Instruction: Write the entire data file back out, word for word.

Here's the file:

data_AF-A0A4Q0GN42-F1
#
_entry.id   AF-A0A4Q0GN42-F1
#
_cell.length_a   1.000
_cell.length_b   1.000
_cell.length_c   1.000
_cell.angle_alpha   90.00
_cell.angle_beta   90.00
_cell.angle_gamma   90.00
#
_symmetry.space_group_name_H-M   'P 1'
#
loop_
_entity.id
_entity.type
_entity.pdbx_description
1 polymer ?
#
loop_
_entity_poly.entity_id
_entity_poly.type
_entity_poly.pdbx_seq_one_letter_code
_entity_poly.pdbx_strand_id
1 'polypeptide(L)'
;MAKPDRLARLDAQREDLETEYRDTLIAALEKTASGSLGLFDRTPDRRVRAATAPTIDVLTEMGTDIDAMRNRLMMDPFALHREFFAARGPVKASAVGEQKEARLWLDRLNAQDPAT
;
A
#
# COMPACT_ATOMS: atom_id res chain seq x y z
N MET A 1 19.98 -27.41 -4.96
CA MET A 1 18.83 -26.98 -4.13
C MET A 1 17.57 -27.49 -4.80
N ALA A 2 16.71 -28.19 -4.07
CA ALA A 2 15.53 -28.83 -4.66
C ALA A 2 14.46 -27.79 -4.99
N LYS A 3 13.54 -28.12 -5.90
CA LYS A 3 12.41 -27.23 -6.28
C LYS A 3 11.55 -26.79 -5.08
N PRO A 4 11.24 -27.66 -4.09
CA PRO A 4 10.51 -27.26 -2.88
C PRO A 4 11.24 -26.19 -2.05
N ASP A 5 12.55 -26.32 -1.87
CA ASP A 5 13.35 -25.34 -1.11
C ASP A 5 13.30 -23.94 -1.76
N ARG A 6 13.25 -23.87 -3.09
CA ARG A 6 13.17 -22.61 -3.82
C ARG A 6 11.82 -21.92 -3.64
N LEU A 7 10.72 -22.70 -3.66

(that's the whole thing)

data_AF-A0A4Q0GN42-F1
#
_entry.id   AF-A0A4Q0GN42-F1
#
_cell.length_a   1.000
_cell.length_b   1.000
_cell.length_c   1.000
_cell.angle_alpha   90.00
_cell.angle_beta   90.00
_cell.angle_gamma   90.00
#
_symmetry.space_group_name_H-M   'P 1'
#
loop_
_entity.id
_entity.type
_entity.pdbx_description
1 polymer ?
#
loop_
_entity_poly.entity_id
_entity_poly.type
_entity_poly.pdbx_seq_one_letter_code
_entity_poly.pdbx_strand_id
1 'polypeptide(L)'
;MAKPDRLARLDAQREDLETEYRDTLIAALEKTASGSLGLFDRTPDRRVRAATAPTIDVLTEMGTDIDAMRNRLMMDPFALHREFFAARGPVKASAVGEQKEARLWLDRLNAQDPAT
;
A
#
# COMPACT_ATOMS: atom_id res chain seq x y z
N MET A 1 19.98 -27.41 -4.96
CA MET A 1 18.83 -26.98 -4.13
C MET A 1 17.57 -27.49 -4.80
N ALA A 2 16.71 -28.19 -4.07
CA ALA A 2 15.53 -28.83 -4.66
C ALA A 2 14.46 -27.79 -4.99
N LYS A 3 13.54 -28.12 -5.90
CA LYS A 3 12.41 -27.23 -6.28
C LYS A 3 11.55 -26.79 -5.08
N PRO A 4 11.24 -27.66 -4.09
CA PRO A 4 10.51 -27.26 -2.88
C PRO A 4 11.24 -26.19 -2.05
N ASP A 5 12.55 -26.32 -1.87
CA ASP A 5 13.35 -25.34 -1.11
C ASP A 5 13.30 -23.94 -1.76
N ARG A 6 13.25 -23.87 -3.09
CA ARG A 6 13.17 -22.61 -3.82
C ARG A 6 11.82 -21.92 -3.64
N LEU A 7 10.72 -22.70 -3.66